I have a friend that told me his story which sounded like a lot of other people's story. It's about changing his mind about his career path, even after the how many years spent in college and the money put into the education into that one career, only to be leaning towards something else. What makes us change our minds? Were we not fully committed into it at the beginning? Most people will answer that they were. So, the fact of the matter is that we got bored then. Right? People get bored of things all the time. Careers on the other hand is a dangerous thing to be unsure about, but most kids in high school (except those lucky few who know what they want to do and/or decided to follow in their parent's career path) won't be fully committed to what they want to do. They'll have some "idea" but who says it'll be what they really want to do or what they'll really be good at?

That balance is a pretty interesting line to walk. Some people are gifted with skills and talent, but others, not so much. Who says that they can't be the athlete like the savant over there? With a lot of determination and hard work they'll achieve it, however, not as quickly as the savant. Or, the not so great artist with the great ideas unable to communicate his ideas takes classes in art, etc. while the guy with talent to draw doesn't have ideas to put on the page. But of course, the exception to the rule is the genius who has both, creativity and ideas or talent and skill; the whole package.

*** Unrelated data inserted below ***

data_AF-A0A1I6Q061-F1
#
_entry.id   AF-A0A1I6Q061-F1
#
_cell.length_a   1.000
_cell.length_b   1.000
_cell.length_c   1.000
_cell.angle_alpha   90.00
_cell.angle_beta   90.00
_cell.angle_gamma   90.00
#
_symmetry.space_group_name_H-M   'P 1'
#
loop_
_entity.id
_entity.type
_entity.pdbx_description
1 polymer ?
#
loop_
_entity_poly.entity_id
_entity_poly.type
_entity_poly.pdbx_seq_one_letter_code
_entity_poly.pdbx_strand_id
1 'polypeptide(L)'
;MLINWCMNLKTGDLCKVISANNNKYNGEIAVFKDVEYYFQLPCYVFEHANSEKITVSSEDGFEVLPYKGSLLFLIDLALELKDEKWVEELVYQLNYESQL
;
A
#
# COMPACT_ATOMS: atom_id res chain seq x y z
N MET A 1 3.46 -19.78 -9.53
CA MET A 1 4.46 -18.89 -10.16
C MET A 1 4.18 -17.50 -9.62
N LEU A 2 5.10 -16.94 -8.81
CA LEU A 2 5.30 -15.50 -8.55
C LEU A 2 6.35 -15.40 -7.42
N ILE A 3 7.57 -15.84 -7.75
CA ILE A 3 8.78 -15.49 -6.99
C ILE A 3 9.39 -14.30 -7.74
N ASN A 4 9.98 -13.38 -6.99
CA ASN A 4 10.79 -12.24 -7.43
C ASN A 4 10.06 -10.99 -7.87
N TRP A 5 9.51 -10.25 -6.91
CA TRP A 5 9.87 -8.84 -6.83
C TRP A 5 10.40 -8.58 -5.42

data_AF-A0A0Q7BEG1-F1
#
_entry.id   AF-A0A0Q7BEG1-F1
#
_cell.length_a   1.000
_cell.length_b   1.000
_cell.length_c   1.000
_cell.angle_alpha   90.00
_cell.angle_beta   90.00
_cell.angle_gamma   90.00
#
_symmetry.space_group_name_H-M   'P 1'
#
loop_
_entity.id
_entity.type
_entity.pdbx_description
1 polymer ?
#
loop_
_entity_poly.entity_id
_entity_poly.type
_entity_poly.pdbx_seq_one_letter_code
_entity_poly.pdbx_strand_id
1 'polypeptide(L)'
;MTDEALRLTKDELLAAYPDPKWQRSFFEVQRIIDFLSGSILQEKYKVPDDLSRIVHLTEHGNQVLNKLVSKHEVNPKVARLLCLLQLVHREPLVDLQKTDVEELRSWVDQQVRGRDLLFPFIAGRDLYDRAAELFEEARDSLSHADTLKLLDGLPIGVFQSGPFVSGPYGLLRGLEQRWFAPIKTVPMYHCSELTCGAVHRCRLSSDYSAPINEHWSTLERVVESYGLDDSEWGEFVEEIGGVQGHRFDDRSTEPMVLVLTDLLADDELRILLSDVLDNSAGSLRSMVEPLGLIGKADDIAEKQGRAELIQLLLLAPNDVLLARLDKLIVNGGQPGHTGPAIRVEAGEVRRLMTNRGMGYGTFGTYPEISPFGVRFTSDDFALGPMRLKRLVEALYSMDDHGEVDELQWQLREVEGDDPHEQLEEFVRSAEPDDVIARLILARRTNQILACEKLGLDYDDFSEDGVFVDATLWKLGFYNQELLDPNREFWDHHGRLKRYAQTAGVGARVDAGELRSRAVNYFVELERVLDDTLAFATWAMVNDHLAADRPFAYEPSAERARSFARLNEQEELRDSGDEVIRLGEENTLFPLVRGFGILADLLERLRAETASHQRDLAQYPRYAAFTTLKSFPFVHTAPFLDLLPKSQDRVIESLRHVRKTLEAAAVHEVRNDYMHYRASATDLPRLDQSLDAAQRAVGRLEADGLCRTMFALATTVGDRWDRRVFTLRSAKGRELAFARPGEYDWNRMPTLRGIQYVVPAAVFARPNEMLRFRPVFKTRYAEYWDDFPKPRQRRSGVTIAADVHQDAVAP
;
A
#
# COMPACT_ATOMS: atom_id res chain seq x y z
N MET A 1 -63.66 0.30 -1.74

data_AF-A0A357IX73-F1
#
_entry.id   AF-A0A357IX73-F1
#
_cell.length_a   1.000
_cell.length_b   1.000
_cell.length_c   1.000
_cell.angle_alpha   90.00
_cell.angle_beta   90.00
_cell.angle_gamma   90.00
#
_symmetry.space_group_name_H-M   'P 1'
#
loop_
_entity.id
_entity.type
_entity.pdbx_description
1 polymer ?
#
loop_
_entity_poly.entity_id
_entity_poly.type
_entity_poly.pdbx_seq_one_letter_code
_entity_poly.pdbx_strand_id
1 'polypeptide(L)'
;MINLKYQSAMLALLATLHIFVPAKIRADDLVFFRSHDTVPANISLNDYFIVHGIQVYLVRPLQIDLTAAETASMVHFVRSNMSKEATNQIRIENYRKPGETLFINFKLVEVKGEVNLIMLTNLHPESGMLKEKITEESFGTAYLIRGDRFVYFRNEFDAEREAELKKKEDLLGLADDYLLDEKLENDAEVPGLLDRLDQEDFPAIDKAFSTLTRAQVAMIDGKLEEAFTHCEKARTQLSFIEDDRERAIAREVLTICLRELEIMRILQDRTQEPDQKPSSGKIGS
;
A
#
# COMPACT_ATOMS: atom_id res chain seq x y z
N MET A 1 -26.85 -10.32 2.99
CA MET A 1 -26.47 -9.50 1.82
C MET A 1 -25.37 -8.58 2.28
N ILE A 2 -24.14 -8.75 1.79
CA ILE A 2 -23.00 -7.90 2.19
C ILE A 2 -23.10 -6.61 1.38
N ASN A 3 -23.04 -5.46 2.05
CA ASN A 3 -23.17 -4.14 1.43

But, most of us, myself included are the ones described in the first example. We wish we were the savants or the geniuses, but we aren't. And so, we push forward trying to achieve our dreams with hard work and sweat. Which brings me to my friend who is deciding to change career paths. It's a difficult decision, yet easier to make earlier in life. But nonetheless, it's difficult and you find yourself at a loss for words and unsure what to do. Because who says that they'll stick with that career path? So we're in a circle of questions and decisions which will ultimately get us where? Who knows for sure?

I guess as a final note, I reference what I mentioned before. Most decisions are like leaping without seeing the bottom. Our parents worked their *sses off for the betterment of their children and they instill in our minds to follow our dreams. There comes a point when you decide to stop being indecisive and letting it be. A few friends were knocked into reality by an unexpected pregnancy or other economical issues. I would hope for now that deciding to change careers is more of a long-term choice instead of a "kid" look at it; i.e. it's boring to sit behind a desk for 8 hours. Ultimately, we hope to achieve what we set out for and if we falter, then that's a part of life. You get back up and keep on pushing, right? I think that fighting attitude is something that should never be lost, even after failure and bad luck.

Leaping without seeing the bottom. It's both an exciting and intimidating statement about decisions. But, I think the key to it all is how you react and shift to the result. Will you give up and be satisfied with what you have? Or will you keep staying vigilant until you reach your goal or you can't fight anymore?

That decision is up to you...